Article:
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HOMEWORX – Build It On Up Addition Vs. Relocation | By: Mark Wexler #living

In the June issue of Village Living Magazine, I briefly touched on how some homeowners are shying away from selling their abodes in Toronto, despite the fact that property values are shooting through the roof. The reason, I explained, is simple: virtually all low-rise Toronto homes are worth more now than they were even a few years ago, so upgrading substantially in many cases isn’t possible, regardless of the increased budget you’ll have from the equity you’ve gained. But that doesn’t exactly mean you’re stuck in your current living space as it is. There are ways to get more out of your home.

While my last column focused on flood proofing, I’m now going to drill down into how homeowners are expanding their dwellings—and what you should consider when doing so.

One common way to build out a home is through a rear extension. This is fine, but if you’re going to create more space in your house (and really, who couldn’t use more room to stretch out?) there are other options. Don’t forget you can also expand many houses upwards—something people tend to forget, because most single-family dwellings they see are two storeys tall.

Modern three storey house with flat roof sometric icon setA lot of streets in Toronto allow for a third floor—I’ve noticed this is possible on many side streets off St. Clair West and Bloorcourt Village, for instance. This is a great way to increase the number of bedrooms you have. While adding a whole new floor might seem like a drastic project to undertake, in my experience it actually costs less to do than constructing an addition onto the back of your house. The reason? You’re not throwing money into excavation, let alone the footing, foundation and concrete that comes with it. With an added level, you’re paying for framing, plumbing, and electrical work, but this typically doesn’t require the funding groundwork does.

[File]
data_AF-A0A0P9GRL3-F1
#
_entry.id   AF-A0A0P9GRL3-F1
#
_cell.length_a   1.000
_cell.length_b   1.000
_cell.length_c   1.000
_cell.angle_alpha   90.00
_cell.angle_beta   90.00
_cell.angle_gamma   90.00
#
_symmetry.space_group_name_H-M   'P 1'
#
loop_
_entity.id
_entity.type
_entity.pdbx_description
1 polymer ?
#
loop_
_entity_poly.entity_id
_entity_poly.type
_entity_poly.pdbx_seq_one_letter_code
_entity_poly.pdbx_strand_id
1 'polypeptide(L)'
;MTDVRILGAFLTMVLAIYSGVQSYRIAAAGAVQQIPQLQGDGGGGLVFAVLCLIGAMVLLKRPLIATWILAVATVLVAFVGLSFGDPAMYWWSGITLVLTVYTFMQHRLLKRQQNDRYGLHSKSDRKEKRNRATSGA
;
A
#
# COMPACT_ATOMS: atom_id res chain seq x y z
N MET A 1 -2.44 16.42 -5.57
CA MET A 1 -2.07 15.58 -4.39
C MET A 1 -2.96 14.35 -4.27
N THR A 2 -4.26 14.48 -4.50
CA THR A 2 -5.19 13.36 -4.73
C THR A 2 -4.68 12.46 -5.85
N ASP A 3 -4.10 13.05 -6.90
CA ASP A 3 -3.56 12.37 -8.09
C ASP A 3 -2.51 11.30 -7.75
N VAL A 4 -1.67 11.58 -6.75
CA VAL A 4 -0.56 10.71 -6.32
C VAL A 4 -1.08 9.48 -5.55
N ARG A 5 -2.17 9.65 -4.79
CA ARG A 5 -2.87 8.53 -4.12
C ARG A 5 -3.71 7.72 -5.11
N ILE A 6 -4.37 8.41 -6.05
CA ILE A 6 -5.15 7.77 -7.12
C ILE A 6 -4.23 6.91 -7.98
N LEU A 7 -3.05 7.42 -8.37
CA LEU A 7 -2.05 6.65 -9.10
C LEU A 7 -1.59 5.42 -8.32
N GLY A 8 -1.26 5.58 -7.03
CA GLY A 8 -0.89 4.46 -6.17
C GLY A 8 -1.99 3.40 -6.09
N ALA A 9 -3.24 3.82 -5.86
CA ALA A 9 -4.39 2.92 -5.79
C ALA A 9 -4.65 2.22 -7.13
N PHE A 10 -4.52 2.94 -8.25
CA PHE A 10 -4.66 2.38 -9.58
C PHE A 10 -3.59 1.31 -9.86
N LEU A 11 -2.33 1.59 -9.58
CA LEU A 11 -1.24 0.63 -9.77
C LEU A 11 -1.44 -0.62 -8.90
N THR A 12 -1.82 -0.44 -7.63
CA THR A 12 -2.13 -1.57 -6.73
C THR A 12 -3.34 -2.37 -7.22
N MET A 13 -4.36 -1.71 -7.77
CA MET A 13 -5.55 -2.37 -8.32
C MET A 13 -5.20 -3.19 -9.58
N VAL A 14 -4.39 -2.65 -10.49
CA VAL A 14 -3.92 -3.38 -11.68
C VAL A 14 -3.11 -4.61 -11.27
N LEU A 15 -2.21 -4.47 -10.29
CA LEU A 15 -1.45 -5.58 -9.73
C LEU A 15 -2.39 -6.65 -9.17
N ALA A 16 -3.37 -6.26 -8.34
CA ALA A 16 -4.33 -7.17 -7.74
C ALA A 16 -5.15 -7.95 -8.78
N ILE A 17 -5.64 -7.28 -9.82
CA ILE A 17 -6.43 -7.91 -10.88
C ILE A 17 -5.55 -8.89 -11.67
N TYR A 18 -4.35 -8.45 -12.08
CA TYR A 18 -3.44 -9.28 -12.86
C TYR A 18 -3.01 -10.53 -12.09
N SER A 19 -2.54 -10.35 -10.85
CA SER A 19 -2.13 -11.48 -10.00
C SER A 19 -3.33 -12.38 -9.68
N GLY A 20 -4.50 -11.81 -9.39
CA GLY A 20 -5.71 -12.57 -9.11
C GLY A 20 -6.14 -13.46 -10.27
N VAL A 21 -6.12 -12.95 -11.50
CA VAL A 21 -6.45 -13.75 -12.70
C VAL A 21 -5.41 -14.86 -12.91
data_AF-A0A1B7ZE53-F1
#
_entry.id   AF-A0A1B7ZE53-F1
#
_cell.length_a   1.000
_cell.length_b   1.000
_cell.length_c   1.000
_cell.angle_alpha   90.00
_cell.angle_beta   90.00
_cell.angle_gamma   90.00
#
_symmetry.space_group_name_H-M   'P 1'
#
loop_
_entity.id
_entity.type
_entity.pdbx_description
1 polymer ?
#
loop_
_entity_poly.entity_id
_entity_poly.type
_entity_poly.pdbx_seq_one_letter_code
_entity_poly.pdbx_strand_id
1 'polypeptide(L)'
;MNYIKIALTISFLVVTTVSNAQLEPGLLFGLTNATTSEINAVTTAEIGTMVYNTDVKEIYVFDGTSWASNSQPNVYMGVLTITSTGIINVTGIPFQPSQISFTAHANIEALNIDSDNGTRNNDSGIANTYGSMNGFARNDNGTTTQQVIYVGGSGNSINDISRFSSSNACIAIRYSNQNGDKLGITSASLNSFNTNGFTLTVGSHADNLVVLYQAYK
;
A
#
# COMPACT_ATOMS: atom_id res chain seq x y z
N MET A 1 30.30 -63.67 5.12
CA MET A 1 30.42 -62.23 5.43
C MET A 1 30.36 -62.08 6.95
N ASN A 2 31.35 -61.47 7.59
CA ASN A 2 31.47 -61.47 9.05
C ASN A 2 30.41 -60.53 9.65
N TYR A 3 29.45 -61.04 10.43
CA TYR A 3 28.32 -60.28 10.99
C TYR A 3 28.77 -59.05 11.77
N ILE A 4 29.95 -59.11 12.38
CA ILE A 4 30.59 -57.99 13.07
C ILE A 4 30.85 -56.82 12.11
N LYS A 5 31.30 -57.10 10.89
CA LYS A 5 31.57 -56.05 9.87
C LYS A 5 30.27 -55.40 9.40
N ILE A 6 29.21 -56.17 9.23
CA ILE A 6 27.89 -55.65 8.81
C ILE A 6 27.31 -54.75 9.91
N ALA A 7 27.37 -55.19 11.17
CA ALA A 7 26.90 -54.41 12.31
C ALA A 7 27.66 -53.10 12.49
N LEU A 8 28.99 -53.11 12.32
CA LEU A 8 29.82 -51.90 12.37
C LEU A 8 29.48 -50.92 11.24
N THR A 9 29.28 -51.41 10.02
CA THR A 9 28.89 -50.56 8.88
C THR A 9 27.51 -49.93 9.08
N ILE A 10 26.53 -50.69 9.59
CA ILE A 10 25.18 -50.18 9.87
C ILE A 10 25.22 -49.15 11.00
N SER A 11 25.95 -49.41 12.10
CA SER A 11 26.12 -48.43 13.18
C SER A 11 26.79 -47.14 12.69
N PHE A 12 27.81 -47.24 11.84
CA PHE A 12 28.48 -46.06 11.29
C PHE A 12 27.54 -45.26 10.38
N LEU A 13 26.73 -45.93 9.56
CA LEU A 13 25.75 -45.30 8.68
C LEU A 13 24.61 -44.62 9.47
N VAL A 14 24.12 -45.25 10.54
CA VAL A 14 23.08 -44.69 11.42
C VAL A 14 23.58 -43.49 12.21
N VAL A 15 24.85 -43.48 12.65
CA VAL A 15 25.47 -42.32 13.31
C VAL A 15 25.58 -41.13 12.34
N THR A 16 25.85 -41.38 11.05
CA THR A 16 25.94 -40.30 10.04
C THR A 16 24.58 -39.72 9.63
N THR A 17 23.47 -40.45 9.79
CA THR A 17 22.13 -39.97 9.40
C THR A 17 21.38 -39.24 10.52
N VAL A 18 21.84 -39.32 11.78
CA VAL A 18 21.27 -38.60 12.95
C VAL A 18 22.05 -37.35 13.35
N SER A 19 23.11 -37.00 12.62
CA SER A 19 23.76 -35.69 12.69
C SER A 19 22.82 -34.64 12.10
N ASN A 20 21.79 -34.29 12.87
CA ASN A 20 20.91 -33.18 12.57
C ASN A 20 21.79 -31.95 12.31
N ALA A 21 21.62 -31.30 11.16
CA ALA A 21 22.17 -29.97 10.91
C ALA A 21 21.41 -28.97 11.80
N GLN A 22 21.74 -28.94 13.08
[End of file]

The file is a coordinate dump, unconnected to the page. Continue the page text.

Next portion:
Obviously you can look down to your basement for expansion, but I don’t recommend it in most cases. You’re often better to go with the ground floor or top floor extensions I’ve mentioned. There are numerous reasons for this. For starters, basements—even finished ones—aren’t the brightest places. Just think, if you could set up your home office anywhere, where would it be? Probably not underground. Beyond that, there is the expense to think about.

Foundation underpinningTake, for example, underpinning. People with low basement ceilings often consider this, but because of the price, you’ll get more value out of main-floor work. In case you aren’t familiar with it, underpinning is when you have a basement deepened to create more headspace. However, in doing so, you’re compromising the footing and the foundation. Thing is, century-old homes don’t typically have more-solid concrete footings; they’re made of gravel. You’re weakening your home’s structure for some extra headspace.

Basements aside, keep in mind a well done addition increases the value of your home: an extra $300,000 in hand today likely won’t get you a vastly superior house in your desired area, but that money can go a long way when it comes to improving your home. A renovation basically pays for itself.

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